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Vacation Home or Investment Property
When you are considering purchasing a second home, the first determination you will need to make is whether the home will be a vacation home for the exclusive use of you and your family or whether it will be for investment purposes. This distinction will also play a role in determining if you have the necessary financial standing required for qualifying to buy a second home. The risks of investing in real estate versus buying a second home for your personal use can be considerable and also involve different lending criteria. We will explore both purchasing a second home for investment property and purchasing a second home as a vacation home along with their similarities and differences.
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Investment Property vs. Vacation Property Qualifications
Down Payment Differences
In nearly all cases, whether you are buying a second home for investment purposes or for vacation property, you will be required to have a larger down payment than if you were purchasing a primary residence. While most lenders will accept as little as five percent (5%) down on a primary residence, you will be required to have as much as twenty-five (25) percent down for a second home.
Interest Rate Differences
Chances are that you will be required to pay a larger interest rate for your second home than you are currently paying on your first home mortgage. In general, lenders feel that a second home is more risky than a primary residence. You can expect to pay between one quarter and one full percent more in interest than you will for a primary residence.
Home Insurance Rates
Chances are very good that your home insurance rates will be higher for a second home than it is for your primary residence. In the event of a vacation home, your premium will be higher because the home is not occupied at all times. In the case of an investment property, (that is one you will rent out) you may be paying a higher premium because it is not occupied by you.
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Additional considerations when purchasing a home for investment purposes may include:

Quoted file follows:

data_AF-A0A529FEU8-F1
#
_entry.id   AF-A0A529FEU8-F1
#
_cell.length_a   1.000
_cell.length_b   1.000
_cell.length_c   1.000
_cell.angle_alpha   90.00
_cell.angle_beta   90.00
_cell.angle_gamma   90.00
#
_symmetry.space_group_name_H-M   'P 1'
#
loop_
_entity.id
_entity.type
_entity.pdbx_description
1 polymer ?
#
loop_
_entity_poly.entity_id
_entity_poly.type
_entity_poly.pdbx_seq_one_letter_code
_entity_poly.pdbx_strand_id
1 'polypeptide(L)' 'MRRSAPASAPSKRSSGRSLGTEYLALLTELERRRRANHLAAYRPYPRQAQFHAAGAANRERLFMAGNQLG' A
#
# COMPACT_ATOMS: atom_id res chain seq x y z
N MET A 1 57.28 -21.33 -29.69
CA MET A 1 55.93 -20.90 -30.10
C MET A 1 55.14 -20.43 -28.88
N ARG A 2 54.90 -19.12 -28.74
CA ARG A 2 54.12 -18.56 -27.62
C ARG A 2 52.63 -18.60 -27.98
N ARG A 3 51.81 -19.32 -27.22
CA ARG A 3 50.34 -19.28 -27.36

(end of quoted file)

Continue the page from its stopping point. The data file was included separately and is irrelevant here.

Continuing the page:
- Your down payment may need additional verifications - Your lender may require that you prove you did not borrow money for your down payment.
- You may have to have more money saved for contingencies - Your lender may require that you escrow up to three months of taxes, insurance and payments.
- When renting, your lender may consider up to 75% of your projected rental income - in the event that the property has been rented previously, it is a good idea to request rental income information from the seller.
- Your lender may require you to prove that you have a qualified renter to begin renting the property after closing.
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In addition to having a stellar credit rating, sufficient down payment, and a debt to income ratio that supports a second mortgage, your lender may require you to prove other things when you are in the process of qualifying to buy a second home. It is a good idea for you to consider everything that will be needed whether you are considering a vacation home or investment property. Increased maintenance costs, advertising for renters, and year round maintenance considerations will all play a role in determining your qualifications for a second property.
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- Home Learning Center: http://homeloanlearningcenter.com/YourSituation/SecondHome.htm
- Smart Money: http://www.smartmoney.com/personal-finance/real-estate/how-much-second-home-can-you-afford-9698/
- House for sale: via stock.xchng/meerlap